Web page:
A $1 billion project that will transform Southland into a low-cost, ‘green’ hub takes two major steps to store data and provide cloud computing services in Australia, New Zealand and beyond.

The company behind the project, DataGrid, has purchased a 43-acre site in northern Makareva, near Invercargill, with plans to begin construction on a massive cloud computing facility later this year.

Singapore-based shipping giant BW Group together invested in DataGrid and previously agreed to acquire a 37.5 percent stake in a holding company owned by ColPlus founder Malcolm Dick.

BW Group President Andreas Sohmann-Pao said the datagrid will enable “the application of New Zealand’s renewable energy for sustainable digital infrastructure and connectivity for the country”.

BW had previously agreed – subject to approval from the Foreign Investment Office – to purchase the entire Hawaiki Submarine Cable Company, which was founded and headed by DataGrid CEO Remy Gallaso.

Hawaiian already has a $445 million fiber optic cable linking the North Island to the United States and Australia, and announced in November that it would build another 22,000 miles of submarine Internet cable network – Hawaiian Nui – across New Zealand. The South Island connects Australia to Singapore. Connects Indonesia and America.

In December, Hawaiian was selected by the Chilean government to run the proposed Humboldt Cable between Chile and Australia, which could run through Invercargill and potentially connect Antarctica as well.

One goal of Hawaiki Nui is to connect DataGrid data centers to customers in Australia so that major computing companies can harness the region’s cheap, “green” power to deliver applications to Australians.

Galasso confirmed that the total investment in Hawaiki Nui and the DataGrid data center will exceed $1 billion.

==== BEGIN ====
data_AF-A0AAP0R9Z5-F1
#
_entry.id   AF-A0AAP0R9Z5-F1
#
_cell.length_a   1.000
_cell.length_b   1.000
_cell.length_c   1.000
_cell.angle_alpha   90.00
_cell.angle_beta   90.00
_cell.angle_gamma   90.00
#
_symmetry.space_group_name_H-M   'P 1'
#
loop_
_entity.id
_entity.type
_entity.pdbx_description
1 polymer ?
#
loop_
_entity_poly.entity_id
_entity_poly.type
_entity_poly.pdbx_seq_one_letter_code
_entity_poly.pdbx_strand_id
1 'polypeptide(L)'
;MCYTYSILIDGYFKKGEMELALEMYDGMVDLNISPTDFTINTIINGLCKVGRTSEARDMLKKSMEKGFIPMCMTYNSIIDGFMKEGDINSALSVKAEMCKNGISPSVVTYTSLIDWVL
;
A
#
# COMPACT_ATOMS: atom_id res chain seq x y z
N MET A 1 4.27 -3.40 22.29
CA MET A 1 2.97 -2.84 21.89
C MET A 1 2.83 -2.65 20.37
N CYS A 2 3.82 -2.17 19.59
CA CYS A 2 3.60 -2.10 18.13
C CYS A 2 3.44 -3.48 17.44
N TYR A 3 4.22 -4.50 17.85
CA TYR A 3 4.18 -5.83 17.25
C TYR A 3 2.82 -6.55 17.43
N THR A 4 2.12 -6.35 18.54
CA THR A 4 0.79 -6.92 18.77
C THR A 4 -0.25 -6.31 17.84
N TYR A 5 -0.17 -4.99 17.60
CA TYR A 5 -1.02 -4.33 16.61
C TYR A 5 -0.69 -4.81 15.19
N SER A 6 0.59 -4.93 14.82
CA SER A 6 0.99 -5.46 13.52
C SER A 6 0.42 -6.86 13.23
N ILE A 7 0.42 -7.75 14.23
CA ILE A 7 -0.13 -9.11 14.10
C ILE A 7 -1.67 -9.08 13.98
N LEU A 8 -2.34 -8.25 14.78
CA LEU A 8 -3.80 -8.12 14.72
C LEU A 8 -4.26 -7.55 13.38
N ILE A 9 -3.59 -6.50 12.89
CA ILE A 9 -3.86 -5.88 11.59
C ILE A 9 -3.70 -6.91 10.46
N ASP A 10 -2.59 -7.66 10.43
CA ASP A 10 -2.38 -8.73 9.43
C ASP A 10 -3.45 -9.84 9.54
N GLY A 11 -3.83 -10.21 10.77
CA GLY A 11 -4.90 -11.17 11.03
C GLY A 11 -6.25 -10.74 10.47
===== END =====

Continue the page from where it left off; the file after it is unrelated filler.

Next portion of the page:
DataGrid had discussed with Southland District Council to approve funds for a data center at the site purchased between Flora Road East and Taylor Road in North Makareva.

The datagrid hopes to apply early this year will be to facilitate up to 10 modules of 6,500 square meters which, when built, will cover an area of ​​approximately nine rugby fields.

Galasso said it would take between 800 and 1,200 workers to build and equip the data center during peak construction times.

“We hope to start construction after getting approval from Southland District Council, hopefully in the second half of this year,” he said.

He said initial construction would be for a single module, costing more than $100 million, to be completed by the end of next year.

Requests for permission from the sources would enable the data center to consume 150 MW of electricity, which is more than a quarter of the electricity currently used by the Tiwi Point aluminum smelter in Southland.

Southland District Council Mayor Gary Tong said he was excited about the progress of the technology venture.

“Everything is going as with any development, and of course the data center concept has been at the fore since Rio Tinto announced they were shutting down Ti,” he said.

“Once I am fully informed, I will do my best to make sure the correct procedures are in place to make sure it runs smoothly.”

Southland District Council Mayor Gary Tong says it is “fantastic” that the DataGrid enterprise is progressing as the sector needs to diversify.

Meridian Energy’s general manager of development, Guy Waipara, said the datagrid could provide 100 megawatts of electricity whether the smelter remains open after the end of 2024 or whether Meridian plans to build a “green hydrogen” facility in the region.

“Will we find a way—of course,” he said.

Galasso suggests that the South Island could match Iceland’s success in the international data center industry.

“We are very much ahead with some anchor clients and look forward to making more announcements,” he added.

Remi Gallaso, CEO of Hawaiian Cable, says the combination of Hawaiki Nui (pictured above) and Humboldt Cable will open a new route connecting Southeast Asia, Australia and South America.

One advantage of locating data centers in Southland is that the region’s cooler climate means they can be at least 15 percent more energy efficient than comparable facilities in Auckland, Melbourne or Sydney, Galasso said.

The reduced cooling requirement will result in millions of dollars in cost savings for DataGrid customers, he added.

“From a global perspective, it is also the ‘MW’ of electricity generation that can be used for other industrial needs.”

DataGrid co-founder Remi Gallaso said he looked at the number of locations for the data center before buying the land.

DataGrid co-founder Remi Gallaso said he looked at the number of locations for the data center before buying the land.

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